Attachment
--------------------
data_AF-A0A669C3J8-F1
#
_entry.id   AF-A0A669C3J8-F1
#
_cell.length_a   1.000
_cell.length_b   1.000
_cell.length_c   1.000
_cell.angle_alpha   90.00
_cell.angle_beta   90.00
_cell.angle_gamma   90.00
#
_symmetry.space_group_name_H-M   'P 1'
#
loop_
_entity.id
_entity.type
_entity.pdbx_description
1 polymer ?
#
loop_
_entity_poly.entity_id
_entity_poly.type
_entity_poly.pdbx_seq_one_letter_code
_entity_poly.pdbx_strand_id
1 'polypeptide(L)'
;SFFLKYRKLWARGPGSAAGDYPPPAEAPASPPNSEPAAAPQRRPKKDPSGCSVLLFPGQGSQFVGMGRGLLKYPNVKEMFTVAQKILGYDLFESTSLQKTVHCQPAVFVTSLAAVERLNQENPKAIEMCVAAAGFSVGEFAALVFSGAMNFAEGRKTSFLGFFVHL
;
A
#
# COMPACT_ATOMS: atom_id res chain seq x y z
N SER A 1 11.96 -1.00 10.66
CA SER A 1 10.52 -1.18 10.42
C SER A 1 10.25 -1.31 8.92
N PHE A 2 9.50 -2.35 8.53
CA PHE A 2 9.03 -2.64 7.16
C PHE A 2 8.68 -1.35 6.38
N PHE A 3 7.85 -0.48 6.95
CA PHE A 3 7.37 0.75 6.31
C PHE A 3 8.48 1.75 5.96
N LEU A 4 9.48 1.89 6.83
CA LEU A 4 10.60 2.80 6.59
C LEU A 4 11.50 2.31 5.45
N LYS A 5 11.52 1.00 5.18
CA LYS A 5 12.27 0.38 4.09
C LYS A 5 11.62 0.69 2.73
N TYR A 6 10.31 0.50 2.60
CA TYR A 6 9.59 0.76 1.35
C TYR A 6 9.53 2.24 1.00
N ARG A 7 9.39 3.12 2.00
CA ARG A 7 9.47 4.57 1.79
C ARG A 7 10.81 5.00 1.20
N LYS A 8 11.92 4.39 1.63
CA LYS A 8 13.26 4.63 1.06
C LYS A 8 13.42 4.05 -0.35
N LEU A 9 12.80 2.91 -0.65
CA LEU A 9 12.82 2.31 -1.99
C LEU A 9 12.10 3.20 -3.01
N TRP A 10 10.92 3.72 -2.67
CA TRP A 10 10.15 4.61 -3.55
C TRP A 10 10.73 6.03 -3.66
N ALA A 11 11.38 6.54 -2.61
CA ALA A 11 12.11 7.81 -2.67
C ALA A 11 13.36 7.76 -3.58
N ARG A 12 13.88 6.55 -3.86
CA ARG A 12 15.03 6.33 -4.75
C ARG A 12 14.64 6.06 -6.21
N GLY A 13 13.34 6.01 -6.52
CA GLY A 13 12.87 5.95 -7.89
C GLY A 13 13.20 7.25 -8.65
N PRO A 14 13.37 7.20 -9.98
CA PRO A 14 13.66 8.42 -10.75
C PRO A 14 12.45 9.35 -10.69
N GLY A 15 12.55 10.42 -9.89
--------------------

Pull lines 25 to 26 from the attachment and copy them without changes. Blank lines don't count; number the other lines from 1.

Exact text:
1 'polypeptide(L)'
;SFFLKYRKLWARGPGSAAGDYPPPAEAPASPPNSEPAAAPQRRPKKDPSGCSVLLFPGQGSQFVGMGRGLLKYPNVKEMFTVAQKILGYDLFESTSLQKTVHCQPAVFVTSLAAVERLNQENPKAIEMCVAAAGFSVGEFAALVFSGAMNFAEGRKTSFLGFFVHL